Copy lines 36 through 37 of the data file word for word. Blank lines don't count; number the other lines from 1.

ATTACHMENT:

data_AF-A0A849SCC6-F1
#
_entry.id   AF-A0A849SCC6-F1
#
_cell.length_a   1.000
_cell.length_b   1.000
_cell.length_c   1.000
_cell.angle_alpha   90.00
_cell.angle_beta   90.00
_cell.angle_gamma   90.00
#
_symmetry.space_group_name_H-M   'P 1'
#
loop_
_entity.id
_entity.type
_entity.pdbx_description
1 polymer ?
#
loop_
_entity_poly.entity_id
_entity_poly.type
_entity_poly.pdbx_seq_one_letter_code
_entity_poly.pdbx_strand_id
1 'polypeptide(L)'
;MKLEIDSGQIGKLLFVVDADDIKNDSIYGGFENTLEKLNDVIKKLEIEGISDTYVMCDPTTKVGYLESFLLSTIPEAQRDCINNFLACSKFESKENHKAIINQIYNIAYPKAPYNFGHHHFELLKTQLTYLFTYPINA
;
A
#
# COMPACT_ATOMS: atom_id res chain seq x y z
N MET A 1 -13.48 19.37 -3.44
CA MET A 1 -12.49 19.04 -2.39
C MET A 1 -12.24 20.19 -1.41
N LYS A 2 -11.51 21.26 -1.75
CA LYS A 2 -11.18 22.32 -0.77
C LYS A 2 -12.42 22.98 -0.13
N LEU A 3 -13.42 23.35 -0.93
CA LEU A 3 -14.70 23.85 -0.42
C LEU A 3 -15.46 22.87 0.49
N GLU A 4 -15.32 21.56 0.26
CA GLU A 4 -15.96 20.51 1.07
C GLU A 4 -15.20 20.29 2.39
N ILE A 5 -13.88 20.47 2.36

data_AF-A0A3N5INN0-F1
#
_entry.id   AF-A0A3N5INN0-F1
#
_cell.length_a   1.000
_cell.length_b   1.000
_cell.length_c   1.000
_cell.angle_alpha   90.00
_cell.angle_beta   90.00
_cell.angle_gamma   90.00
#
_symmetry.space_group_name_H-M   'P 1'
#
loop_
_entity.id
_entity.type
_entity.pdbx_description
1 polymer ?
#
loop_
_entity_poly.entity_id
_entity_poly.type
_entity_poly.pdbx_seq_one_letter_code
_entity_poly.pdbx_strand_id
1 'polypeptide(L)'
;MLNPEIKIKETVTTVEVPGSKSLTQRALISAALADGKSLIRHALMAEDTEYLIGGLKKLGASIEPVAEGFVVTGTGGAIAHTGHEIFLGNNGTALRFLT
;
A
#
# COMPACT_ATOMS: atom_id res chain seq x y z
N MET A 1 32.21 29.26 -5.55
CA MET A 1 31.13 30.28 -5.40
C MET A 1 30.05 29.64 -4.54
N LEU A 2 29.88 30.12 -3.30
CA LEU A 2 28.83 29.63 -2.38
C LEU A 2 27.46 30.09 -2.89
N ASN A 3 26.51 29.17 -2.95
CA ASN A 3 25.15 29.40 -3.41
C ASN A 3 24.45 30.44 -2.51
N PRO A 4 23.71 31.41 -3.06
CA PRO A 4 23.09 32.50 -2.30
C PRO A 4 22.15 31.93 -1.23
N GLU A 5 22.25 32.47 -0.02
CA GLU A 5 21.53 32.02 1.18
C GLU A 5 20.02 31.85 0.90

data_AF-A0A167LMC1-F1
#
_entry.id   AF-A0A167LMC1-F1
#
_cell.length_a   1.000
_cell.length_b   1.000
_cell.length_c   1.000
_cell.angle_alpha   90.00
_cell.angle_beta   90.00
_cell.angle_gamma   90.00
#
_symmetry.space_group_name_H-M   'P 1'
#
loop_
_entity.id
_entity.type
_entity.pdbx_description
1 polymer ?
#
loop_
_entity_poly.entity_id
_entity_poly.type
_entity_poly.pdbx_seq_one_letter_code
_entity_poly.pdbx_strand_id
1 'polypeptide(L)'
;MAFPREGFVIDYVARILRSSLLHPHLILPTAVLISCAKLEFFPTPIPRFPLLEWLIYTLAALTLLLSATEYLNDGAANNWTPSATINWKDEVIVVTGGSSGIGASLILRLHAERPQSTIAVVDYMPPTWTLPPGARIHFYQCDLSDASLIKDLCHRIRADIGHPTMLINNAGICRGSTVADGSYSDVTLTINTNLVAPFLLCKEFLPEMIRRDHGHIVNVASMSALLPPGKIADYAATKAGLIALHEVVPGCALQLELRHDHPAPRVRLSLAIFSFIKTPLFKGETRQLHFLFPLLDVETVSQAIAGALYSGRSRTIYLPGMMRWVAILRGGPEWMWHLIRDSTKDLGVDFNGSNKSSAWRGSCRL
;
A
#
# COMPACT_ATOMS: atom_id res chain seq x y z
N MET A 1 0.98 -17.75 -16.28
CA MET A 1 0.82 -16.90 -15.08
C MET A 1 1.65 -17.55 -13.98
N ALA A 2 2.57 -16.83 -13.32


C LYS A 2 -12.42 22.98 -0.13
N LEU A 3 -13.42 23.35 -0.93